Tell us about your experience of Ofcom.org.uk

We want to know about your experience of using our website. Take part in our website survey (opens new window).

Mae'r cynnwys hwn ar gael yn Saesneg yn unig.

Lockdown leads to surge in TV screen time and streaming in Scotland

05 Awst 2020

  • People spend nearly six hours a day in front of the TV during height of lockdown
  • Time on non-broadcaster content like YouTube and Netflix nearly doubles during pandemic
  • Nearly entire online population followed news updates during early weeks of the crisis

A surge in screen time during lockdown saw people in Scotland spend nearly six hours a day watching TV and online video services on the TV set, Ofcom has found in its annual study of the nation’s media habits.

As people across Scotland followed official health advice to stay home during April 2020, they kept themselves informed and entertained by spending 5 hours and 46 minutes each day on average – or 40 hours a week – watching broadcast TV, online video content and gaming[1] – a rise of a third (33%) on last year.[2]

In April 2020, people in Scotland spent an average of 5 hours and 46 minutes viewing across all devices.

The biggest factor behind this increase was people in Scotland spending nearly twice as much time (+87%) watching video-on-demand services such as Netflix, Disney+, YouTube and other non-broadcast content – an hour and 37 minutes per day on average in April 2020.[3]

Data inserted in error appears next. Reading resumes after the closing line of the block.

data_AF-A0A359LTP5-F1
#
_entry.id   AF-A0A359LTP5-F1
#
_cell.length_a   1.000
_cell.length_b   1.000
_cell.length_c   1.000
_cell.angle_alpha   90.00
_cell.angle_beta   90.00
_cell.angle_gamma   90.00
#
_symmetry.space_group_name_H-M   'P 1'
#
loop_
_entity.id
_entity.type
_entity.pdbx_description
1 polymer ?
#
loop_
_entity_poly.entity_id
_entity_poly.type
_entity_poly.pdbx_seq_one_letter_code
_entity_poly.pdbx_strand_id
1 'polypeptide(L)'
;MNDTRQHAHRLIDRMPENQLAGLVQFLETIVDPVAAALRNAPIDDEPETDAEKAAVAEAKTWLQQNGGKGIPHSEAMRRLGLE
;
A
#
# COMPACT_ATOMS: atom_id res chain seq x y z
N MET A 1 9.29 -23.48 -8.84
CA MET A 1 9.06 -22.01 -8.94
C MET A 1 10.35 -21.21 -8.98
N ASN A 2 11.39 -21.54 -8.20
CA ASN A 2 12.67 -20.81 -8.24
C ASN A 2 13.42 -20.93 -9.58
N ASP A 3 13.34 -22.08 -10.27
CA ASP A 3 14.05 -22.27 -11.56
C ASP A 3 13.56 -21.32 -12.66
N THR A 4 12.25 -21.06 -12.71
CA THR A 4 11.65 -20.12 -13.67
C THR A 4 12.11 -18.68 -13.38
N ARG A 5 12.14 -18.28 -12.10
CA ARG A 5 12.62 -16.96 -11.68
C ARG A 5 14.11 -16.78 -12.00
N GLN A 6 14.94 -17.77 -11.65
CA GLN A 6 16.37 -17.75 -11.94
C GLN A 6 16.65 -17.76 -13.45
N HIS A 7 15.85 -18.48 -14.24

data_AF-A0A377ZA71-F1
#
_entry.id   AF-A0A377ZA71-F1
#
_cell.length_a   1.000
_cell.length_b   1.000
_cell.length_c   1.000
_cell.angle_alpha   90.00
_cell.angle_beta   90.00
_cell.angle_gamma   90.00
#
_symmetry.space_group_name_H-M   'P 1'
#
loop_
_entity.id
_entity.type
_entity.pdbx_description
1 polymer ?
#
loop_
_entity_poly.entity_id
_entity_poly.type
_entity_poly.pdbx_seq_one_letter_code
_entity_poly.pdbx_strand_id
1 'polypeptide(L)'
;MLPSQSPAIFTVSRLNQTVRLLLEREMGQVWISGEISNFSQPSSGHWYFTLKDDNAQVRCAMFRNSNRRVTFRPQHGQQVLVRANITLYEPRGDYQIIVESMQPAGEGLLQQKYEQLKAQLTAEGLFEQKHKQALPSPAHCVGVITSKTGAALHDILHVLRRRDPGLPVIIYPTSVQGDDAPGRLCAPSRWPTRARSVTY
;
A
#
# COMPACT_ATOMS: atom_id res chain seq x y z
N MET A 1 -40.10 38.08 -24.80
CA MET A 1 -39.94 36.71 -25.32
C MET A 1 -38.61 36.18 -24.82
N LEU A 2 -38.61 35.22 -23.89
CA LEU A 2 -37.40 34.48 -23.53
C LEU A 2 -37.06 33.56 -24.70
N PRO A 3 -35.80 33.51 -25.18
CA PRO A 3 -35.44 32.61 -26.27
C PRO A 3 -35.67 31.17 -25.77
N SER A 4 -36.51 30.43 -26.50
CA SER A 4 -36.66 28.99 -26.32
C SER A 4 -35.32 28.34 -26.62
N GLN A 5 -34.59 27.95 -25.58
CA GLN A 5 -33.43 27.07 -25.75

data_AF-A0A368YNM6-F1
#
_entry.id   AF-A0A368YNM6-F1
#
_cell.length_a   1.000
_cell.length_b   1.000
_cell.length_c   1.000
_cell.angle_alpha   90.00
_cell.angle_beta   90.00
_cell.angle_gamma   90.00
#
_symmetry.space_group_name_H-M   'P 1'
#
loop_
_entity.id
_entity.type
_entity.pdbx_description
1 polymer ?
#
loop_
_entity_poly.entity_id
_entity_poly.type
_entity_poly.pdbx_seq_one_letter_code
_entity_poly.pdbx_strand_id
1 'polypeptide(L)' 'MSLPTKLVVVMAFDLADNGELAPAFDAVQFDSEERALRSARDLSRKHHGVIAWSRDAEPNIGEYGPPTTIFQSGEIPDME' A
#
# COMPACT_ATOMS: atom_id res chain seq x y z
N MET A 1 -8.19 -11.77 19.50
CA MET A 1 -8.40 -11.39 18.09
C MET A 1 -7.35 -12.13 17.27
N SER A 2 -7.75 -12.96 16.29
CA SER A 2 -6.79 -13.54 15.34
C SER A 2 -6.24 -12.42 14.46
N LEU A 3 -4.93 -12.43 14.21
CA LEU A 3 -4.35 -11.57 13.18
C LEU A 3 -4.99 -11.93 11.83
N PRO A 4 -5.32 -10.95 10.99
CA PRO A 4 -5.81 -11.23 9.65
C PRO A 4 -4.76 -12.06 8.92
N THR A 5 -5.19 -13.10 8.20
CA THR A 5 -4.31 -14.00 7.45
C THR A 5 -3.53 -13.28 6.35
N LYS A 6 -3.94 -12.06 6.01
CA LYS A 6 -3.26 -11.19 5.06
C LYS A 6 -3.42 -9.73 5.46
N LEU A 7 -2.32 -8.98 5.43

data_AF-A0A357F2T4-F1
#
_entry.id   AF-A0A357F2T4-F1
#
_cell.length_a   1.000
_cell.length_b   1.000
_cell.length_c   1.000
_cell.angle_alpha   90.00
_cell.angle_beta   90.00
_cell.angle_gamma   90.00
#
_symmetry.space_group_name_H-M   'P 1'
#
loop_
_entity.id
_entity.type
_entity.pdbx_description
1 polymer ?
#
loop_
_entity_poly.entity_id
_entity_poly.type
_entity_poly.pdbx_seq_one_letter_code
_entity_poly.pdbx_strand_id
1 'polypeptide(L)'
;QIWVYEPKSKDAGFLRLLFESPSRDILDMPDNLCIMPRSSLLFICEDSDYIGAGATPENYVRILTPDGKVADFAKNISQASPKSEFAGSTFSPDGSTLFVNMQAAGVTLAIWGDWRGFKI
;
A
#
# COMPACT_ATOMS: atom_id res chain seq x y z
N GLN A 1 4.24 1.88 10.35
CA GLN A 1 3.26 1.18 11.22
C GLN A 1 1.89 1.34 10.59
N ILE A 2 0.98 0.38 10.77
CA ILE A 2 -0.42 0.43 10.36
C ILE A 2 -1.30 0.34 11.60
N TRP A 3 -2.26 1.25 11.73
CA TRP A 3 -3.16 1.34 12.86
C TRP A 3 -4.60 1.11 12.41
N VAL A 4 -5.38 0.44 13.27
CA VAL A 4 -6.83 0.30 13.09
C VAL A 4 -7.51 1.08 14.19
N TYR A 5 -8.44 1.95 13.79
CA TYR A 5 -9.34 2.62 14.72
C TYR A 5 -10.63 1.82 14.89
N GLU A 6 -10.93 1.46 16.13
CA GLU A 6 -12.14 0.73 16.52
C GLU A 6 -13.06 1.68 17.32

However, broadcast TV viewing retained the largest share of daily time spent with the TV during peak lockdown – reaching an average of 3 hours and 59 minutes in April 2020 (+18% compared with 2019).[4]

Traditional broadcasters hit record share… driven by demand for news

Ofcom's Media Nations: Scotland 2020 report[5] finds that when lockdown was announced towards the end of March, average daily viewing of broadcast television peaked at 4 hours 26 minutes in Scotland, driven by demand for the latest news on the pandemic. This was the highest level of viewing of all the UK Nations.

News programming on TV reached an average of 74% of the population in Scotland each week in March 2020, although this decreased to 69% by June.

The BBC proved to be the most popular source of news about the pandemic overall in Scotland; more than seven in 10 online adults used its TV, radio and online services from the early weeks of lockdown through to mid-June. In comparison, six in 10 online adults in Scotland (59%) used non-BBC broadcaster services - mainly STV - during the first four weeks of lockdown, but this had decreased to five in 10 (51%) by mid-June.

The demand for trusted news about the pandemic meant that the public service broadcasters – the BBC, STV, ITV, Channel 4, Channel 5 – grew their combined monthly share of broadcast TV viewing across Scotland to 59% in March 2020 (up from 57% in February).

...but PSBs face ongoing financial and production challenges

But the boost to the PSBs’ audience figures during lockdown was short-lived, as the pandemic interrupted production of soaps, major sporting events and entertainment shows. By June 2020 their combined monthly share of broadcast TV viewing across the UK fell to 55%, its lowest level since August 2019.

The outlook for commercial public service broadcasters PSBs is especially tough, as they manage cost-cutting measures amid financial uncertainty. Their cumulative revenues declined by 3.5% in 2019 to £2.2bn, and TV advertising revenues are expected to fall 17-19% in 2020.

Growth in paid-for streaming services

Across the UK, an estimated 12 million adults signed up to a new video streaming service during lockdown, of whom around 3 million had never subscribed to one before.[6]